UN Human Rights Council: ARTICLE 19, IFJ And INSI Back New UN Action Over Safety Of Journalists In Armed Conflict
ARTICLE 19, the International Federation of Journalists (IFJ) and the International News Safety Institute (INSI) have welcomed a draft resolution on protection of journalists in situations of armed conflict which has been proposed at the thirteenth session of the UN Human Rights Council by Bangladesh, Egypt and Mexico.
The draft resolution coincides with action at UNESCO where a request was made for an inter-agency discussion to promote a UN-wide action plan on the safety of journalists.
The draft resolution recognises the “vital role played by the press in situations of armed conflict” and highlights “the large and increasing number of deaths and injuries among members of the press in armed conflict”. It calls on the Office of the High Commissioner for Human Rights to organise a panel discussion on the issue with “all concerned parties and stakeholders, including relevant press organizations and associations”.
ARTICLE 19, IFJ and INSI welcome the spirit of the resolution, particularly the support from Mexico which has one of highest rate of journalists’ killings over the last three years. They are nevertheless concerned that the process suggested by the resolution (a panel discussion) is inappropriate in view of the gravity of the situation. The resolution also fails to make reference to, and build on, steps taken to date by the international community, and to enforce commitments by member states which are still to be implemented.
In 2006, the United Nations Security Council adopted Resolution 1738 calling on governments to protect journalists in armed conflict situations. The resolution, recalling the frequency of acts of violence, including deliberate attacks in many parts of the world against journalists, media professionals and associated personnel in armed conflicts called on all parties to put an end to such practices.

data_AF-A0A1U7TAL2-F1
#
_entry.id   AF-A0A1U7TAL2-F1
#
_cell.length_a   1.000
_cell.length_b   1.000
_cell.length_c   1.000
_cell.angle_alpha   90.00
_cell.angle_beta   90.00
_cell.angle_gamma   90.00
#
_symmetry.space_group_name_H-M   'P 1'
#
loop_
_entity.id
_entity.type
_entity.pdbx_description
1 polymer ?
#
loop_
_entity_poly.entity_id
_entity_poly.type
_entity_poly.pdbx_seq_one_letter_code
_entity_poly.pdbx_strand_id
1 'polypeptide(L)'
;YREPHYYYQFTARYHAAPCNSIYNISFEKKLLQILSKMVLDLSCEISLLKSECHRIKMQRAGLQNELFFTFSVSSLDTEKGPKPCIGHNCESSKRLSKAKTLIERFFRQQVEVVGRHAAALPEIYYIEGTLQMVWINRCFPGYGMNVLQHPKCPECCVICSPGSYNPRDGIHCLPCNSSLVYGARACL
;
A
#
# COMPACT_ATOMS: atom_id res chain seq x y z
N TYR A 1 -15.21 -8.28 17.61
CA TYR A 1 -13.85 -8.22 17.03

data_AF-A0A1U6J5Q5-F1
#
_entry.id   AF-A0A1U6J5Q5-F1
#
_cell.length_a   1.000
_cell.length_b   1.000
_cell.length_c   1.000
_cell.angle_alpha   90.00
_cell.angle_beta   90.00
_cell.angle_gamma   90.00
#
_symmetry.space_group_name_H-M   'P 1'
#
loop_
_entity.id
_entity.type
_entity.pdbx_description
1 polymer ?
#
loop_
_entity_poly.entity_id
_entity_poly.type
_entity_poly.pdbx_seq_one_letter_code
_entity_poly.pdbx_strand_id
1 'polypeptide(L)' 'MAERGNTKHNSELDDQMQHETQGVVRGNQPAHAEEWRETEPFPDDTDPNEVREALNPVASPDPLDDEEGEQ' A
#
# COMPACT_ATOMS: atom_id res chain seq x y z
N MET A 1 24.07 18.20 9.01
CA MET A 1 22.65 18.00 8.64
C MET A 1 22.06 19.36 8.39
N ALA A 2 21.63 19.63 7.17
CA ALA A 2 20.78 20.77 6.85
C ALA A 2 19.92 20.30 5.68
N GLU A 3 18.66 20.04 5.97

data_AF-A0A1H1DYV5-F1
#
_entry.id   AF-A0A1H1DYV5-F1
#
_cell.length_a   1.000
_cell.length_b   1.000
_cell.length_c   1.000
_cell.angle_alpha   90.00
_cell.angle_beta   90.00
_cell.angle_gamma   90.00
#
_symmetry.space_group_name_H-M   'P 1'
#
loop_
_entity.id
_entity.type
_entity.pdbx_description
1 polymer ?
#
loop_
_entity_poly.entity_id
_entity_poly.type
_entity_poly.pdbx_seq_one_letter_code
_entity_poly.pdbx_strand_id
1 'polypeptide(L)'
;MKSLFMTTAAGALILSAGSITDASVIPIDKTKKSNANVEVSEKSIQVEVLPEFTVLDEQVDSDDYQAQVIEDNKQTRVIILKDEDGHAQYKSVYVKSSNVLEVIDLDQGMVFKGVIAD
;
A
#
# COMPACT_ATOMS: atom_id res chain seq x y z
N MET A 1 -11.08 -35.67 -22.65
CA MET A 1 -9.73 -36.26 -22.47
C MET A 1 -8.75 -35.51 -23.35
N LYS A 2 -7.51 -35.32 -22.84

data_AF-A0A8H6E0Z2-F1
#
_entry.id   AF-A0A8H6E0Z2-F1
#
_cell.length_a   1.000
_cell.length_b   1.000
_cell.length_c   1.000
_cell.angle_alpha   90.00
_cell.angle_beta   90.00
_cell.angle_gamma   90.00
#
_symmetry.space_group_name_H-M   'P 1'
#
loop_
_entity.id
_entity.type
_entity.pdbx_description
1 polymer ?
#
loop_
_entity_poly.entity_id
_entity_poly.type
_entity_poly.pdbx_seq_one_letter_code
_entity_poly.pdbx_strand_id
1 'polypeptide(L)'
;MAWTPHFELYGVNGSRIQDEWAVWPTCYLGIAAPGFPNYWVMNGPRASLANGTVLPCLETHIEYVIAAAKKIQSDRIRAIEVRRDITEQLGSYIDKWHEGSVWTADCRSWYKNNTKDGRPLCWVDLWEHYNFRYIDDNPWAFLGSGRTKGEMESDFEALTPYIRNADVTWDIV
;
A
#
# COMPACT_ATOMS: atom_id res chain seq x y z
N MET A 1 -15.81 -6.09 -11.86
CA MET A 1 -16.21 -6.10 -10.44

The Security Council demanded that all parties to an armed conflict must comply with their obligations under international law to protect civilians in armed conflict. It also emphasized the responsibility of States in that regard, as well as their obligation to end impunity and to prosecute those responsible for serious violations. All parties in situations of armed conflict were urged to respect the professional independence and rights of journalists, media professionals and associated personnel as civilians.
Some four years later, the recommendations still have to be fully implemented. Over the past 12 years, more than 1,100 journalists and media staff have been killed in the line of duty. Almost none of these crimes have been prosecuted and impunity for crimes committed against journalists is especially high.
ARTICLE 19, IFJ and INSI call on the three sponsors and all member states to:
• Comply with their obligations under international law to protect civilians in armed conflicts and end impunity, as highlighted by UN Security Council Resolution 1738 (2006) on violence against journalists, media professionals, and associated personnel in armed conflicts; and other international agreements and initiatives;
• Ensure that a future panel discussion on the topic focuses on the implementation of existing international agreements and commitments, with the view of identifying the gaps and problems with violence and impunity, and effective ways of addressing them.
ARTICLE 19, IFJ and INSI encourage broad participation in this process and accordingly offer their assistance to all interested parties.
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